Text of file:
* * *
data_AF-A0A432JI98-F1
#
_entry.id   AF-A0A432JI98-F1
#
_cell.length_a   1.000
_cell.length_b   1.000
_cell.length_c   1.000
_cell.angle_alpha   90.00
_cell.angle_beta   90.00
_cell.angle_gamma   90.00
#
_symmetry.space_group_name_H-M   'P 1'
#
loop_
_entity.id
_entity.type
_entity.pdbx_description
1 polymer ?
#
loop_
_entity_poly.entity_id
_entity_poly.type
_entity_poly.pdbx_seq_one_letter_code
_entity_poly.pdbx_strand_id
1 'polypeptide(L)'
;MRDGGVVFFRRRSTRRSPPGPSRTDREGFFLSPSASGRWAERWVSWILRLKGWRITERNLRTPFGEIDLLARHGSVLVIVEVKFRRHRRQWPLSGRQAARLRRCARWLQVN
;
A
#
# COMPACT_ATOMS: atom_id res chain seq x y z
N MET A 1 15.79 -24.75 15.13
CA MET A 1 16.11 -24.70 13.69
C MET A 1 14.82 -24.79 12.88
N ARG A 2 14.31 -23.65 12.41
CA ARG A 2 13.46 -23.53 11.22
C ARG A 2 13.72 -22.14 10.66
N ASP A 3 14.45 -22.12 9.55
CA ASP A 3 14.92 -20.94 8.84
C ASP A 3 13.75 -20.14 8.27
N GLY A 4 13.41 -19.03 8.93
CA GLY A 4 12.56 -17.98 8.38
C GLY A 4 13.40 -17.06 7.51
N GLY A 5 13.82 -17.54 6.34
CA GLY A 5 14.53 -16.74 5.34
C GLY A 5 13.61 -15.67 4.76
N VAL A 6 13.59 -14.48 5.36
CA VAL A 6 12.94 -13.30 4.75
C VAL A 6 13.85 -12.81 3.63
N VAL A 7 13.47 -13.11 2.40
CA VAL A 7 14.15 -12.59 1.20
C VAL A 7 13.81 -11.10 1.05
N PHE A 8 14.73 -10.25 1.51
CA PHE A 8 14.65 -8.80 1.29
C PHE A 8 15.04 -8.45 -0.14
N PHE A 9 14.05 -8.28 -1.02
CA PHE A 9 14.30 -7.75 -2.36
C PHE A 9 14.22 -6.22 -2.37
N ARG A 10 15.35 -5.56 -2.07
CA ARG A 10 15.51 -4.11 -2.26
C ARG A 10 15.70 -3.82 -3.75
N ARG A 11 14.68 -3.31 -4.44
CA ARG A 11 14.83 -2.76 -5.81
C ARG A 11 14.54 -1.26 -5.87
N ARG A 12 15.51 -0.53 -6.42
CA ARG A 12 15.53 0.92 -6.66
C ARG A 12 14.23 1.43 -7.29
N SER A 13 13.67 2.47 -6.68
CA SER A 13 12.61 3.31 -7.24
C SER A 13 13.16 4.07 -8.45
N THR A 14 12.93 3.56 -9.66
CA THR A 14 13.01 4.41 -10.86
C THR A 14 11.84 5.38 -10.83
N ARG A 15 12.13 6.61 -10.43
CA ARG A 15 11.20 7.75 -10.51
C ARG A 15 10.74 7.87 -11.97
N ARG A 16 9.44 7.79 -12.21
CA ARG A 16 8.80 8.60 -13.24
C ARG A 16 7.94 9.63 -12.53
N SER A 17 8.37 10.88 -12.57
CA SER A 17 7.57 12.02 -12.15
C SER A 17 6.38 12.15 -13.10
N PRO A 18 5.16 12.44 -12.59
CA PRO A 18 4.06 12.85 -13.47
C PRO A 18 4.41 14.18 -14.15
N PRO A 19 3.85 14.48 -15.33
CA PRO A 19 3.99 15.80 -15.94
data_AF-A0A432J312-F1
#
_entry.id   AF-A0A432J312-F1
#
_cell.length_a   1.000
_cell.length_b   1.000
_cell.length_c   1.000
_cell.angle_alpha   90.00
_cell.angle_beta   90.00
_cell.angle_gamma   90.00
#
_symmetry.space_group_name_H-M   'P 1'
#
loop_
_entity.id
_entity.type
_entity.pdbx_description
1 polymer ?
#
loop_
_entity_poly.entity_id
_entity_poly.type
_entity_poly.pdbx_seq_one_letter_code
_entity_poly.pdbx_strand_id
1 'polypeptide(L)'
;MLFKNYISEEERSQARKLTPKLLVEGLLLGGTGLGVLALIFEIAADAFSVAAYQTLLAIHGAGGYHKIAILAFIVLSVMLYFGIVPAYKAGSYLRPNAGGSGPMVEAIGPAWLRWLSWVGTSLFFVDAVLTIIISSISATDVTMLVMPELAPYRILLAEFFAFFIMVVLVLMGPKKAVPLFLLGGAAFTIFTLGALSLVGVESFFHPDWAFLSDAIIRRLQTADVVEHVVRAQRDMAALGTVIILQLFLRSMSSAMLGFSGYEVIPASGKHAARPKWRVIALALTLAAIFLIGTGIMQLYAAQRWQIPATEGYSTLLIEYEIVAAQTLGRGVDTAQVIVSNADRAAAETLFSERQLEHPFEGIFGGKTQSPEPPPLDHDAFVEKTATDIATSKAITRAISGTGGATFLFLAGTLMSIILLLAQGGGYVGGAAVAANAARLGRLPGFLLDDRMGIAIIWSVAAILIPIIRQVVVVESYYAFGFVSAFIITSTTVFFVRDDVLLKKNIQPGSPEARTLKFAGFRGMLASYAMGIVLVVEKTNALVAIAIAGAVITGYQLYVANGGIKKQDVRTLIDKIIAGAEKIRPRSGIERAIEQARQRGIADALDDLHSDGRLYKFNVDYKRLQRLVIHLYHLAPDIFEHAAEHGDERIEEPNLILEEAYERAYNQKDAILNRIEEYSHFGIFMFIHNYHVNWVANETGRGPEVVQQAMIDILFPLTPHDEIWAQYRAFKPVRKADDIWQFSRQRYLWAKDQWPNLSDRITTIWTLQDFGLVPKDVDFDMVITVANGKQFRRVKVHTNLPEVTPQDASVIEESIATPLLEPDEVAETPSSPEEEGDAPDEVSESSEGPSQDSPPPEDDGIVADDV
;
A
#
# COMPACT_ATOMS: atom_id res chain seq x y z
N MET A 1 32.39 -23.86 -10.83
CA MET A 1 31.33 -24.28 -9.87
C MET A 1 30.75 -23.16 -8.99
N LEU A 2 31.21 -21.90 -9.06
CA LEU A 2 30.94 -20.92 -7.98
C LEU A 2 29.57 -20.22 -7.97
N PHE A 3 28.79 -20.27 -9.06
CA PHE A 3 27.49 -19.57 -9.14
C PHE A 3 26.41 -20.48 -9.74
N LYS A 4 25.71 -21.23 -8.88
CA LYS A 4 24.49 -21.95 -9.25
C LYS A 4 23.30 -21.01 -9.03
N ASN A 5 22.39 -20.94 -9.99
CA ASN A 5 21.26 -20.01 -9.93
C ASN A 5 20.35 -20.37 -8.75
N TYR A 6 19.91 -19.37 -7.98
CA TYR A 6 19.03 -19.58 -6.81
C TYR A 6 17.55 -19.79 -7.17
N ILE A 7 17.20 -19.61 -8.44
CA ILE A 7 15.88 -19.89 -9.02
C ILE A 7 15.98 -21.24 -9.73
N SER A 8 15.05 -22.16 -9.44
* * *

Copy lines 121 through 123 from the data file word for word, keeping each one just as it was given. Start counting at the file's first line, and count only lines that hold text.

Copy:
CA LEU A 2 30.94 -20.92 -7.98
C LEU A 2 29.57 -20.22 -7.97
N PHE A 3 28.79 -20.27 -9.06